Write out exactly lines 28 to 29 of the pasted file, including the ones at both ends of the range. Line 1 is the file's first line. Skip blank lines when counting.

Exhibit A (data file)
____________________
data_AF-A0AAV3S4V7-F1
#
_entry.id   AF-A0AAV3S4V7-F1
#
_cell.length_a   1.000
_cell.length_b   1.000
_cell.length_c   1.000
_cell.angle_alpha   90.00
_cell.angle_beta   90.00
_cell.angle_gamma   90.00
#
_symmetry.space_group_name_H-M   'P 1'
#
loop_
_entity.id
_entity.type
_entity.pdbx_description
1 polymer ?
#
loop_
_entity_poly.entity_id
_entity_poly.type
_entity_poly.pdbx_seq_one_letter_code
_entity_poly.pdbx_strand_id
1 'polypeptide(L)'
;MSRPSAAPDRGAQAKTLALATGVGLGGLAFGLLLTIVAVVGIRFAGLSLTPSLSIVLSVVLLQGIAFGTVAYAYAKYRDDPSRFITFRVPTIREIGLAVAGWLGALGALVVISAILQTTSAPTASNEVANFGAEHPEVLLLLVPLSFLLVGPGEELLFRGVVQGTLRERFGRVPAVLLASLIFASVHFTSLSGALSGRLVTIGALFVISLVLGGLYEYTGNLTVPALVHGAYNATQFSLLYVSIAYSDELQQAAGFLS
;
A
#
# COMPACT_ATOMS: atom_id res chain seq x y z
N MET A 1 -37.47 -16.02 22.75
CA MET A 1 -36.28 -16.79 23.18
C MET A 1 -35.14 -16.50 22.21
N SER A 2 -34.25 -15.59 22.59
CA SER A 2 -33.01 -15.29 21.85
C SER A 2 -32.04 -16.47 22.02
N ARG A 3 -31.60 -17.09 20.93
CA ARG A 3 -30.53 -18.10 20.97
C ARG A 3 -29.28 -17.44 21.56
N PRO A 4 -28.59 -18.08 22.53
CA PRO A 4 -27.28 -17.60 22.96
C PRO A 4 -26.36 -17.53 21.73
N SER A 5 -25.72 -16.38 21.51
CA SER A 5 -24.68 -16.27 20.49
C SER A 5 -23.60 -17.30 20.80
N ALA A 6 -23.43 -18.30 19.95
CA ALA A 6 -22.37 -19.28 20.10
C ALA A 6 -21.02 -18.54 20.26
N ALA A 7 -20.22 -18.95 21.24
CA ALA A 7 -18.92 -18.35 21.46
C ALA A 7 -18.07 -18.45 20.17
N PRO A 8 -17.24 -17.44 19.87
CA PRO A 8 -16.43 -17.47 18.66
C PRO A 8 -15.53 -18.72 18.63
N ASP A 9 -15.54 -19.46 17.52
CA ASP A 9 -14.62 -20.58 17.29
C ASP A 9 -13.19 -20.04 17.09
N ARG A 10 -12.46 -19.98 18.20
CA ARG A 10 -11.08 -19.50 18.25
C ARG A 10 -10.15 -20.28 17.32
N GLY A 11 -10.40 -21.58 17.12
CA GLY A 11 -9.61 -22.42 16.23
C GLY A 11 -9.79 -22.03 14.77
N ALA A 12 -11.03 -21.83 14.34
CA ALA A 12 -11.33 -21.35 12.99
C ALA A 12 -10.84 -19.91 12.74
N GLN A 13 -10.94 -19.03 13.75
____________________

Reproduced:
A
#